Comment by brianm on Precommitting to paying Omega. · 2009-03-22T10:14:11.194Z · score: 2 (2 votes) · LW · GW

It doesn't seem at all sensible to me that the principle of "acting as one would formerly have liked to have precommitted to acting" should have unbounded utility.

Mostly agreed, though I'd quibble that it does have unbounded utility, but that I probably don't have unbounded capability to enact the strategy. If I were capable of (cheaply) compelling my future self to murder in situations where it would be a general advantage to precommit, I would.

Comment by brianm on Counterfactual Mugging · 2009-03-22T09:53:52.479Z · score: 4 (4 votes) · LW · GW

From my perspective now, I expect the reality to be the winning case 50% of the time because we are told this as part of the question: Omega is trustworthy and said it tossed a fair coin. In the possible futures where such an event could happen, 50% of the time my strategy would have paid off to a greater degree than it would lose the other 50% of the time. If omega did not toss a fair coin, then the situation is different, and my choice would be too.

There is no value in being the kind of person who globally optimizes because of the expectation to win on average.

There is no value in being such a person if they happen to lose, but that's like saying there's no value in being a person who avoids bets that lose on average by only posing the 1 in several million time they would have won the lottery. On average they'll come out ahead, just not in the specific situation that was described.

Comment by brianm on Individual Rationality Is a Matter of Life and Death · 2009-03-21T20:34:38.102Z · score: 2 (4 votes) · LW · GW

Rationality can be life and death, but that applies to collective and institutional decisions just as much as for our individual ones. Arguably more so: the decisions made by governments, cultures and large institutions have far larger effects than any decision I'll ever make. Investment into improving my individual rationality is more valuable purely due to self-interest - we may invest more to providing a 1% improvement to our own lives than we do to reducing collective decision making mistakes that costs thousands of lives a year. But survival isn't the only goal we have! Even if it were, there are good reasons to put more emphasis on collective rational decision making - the decisions of others can also affect us.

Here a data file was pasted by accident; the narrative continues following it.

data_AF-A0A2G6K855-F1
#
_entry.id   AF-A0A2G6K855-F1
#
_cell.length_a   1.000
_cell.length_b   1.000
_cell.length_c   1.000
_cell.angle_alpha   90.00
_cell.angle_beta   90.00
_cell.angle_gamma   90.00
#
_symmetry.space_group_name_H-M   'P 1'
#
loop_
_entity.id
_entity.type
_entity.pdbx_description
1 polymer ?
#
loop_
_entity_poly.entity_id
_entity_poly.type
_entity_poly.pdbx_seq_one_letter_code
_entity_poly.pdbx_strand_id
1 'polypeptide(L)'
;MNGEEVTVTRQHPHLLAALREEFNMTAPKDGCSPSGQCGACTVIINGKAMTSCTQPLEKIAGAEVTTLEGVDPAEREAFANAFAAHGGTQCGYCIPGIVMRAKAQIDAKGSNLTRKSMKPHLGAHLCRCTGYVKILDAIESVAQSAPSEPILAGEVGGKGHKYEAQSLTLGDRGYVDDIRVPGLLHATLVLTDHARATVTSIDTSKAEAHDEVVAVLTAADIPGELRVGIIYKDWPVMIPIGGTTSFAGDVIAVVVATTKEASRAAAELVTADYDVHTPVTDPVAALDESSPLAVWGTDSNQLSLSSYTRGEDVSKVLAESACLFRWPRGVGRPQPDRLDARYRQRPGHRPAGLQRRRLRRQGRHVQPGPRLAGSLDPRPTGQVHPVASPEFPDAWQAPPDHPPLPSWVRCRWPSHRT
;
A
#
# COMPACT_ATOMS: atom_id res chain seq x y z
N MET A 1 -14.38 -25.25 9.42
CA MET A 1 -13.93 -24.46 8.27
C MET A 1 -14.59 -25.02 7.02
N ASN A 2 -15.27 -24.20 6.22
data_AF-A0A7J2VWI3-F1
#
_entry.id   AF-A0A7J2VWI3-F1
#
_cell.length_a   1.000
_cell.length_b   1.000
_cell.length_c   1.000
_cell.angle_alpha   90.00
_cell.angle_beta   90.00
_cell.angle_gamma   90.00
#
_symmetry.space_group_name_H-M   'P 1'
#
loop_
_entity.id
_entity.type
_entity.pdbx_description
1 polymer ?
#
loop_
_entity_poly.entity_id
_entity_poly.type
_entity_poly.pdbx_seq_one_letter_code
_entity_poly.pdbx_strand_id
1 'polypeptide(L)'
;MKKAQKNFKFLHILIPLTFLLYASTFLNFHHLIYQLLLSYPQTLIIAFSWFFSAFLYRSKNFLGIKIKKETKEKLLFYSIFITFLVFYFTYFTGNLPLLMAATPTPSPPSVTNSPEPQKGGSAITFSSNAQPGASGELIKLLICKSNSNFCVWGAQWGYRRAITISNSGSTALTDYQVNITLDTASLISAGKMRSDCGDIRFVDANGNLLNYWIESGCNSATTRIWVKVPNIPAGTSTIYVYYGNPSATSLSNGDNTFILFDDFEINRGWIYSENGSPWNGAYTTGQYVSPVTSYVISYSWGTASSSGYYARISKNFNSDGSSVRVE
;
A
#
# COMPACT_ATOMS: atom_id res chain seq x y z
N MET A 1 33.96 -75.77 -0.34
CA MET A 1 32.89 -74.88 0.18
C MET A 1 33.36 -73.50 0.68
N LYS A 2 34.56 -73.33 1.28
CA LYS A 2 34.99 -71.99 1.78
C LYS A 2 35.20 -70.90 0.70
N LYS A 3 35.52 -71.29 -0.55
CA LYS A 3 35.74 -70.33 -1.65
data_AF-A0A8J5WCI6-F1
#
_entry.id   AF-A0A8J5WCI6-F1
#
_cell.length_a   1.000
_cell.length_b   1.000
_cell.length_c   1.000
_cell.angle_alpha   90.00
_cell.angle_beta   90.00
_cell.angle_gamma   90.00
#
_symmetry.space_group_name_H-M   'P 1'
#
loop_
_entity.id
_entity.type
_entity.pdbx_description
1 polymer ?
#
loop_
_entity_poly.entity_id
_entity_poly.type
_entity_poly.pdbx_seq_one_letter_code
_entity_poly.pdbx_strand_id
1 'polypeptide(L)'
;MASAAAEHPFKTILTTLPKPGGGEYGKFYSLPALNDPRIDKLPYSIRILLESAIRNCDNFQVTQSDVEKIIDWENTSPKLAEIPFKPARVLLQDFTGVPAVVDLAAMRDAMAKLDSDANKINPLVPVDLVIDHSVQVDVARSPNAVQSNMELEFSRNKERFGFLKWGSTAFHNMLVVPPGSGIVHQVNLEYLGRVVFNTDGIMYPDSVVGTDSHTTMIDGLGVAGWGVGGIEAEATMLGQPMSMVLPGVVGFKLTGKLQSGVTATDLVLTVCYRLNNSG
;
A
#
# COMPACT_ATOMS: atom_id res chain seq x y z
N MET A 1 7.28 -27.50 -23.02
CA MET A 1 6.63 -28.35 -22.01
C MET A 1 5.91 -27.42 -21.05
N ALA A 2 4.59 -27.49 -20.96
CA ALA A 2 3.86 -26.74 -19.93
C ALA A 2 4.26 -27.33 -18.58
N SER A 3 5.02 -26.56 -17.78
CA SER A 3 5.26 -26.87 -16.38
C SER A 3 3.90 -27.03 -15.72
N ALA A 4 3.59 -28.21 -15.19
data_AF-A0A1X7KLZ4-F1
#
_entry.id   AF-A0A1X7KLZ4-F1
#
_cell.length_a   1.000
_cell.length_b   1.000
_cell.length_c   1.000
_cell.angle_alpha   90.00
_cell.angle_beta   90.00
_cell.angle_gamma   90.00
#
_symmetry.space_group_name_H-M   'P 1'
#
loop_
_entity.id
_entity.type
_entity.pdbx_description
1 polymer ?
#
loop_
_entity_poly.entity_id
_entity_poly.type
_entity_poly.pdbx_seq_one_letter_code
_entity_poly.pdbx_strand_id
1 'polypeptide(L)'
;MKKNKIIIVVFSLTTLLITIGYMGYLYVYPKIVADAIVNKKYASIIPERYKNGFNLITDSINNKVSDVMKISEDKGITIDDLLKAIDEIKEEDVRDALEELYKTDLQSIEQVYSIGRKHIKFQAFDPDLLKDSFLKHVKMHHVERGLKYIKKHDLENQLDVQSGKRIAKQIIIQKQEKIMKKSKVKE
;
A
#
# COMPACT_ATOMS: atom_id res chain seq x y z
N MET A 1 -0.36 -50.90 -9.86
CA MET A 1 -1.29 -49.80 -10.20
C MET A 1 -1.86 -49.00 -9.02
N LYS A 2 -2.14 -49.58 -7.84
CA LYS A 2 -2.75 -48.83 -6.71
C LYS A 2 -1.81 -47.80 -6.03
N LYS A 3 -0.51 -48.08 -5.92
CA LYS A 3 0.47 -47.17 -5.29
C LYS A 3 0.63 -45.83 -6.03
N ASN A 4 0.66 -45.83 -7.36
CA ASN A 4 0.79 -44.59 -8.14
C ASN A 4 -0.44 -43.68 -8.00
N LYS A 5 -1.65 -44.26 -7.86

Comment by brianm on Tolerate Tolerance · 2009-03-21T12:07:48.115Z · score: 5 (5 votes) · LW · GW

I think there are other examples with just as much agreement on their wrongness, many of which have a much lower degree of investment even for their believers. Astrology for instance has many believers, but they tend to be fairly weak beliefs, and don't produce such a defensive reaction when criticized. Lots of other superstitions also exist, so sadly I don't think we'll run out of examples any time soon.

Comment by brianm on Precommitting to paying Omega. · 2009-03-21T11:49:21.701Z · score: 2 (2 votes) · LW · GW

It all depends on how the hack is administered. If future-me does think rationally, he will indeed come to the conclusion that he should not pay. Any brain-hack that will actually be successful must then be tied to a superseding rational decision or to something other than rationality. If not tied to rationality, it needs to be a hardcoded response, immediately implemented, rather than one that is thought about.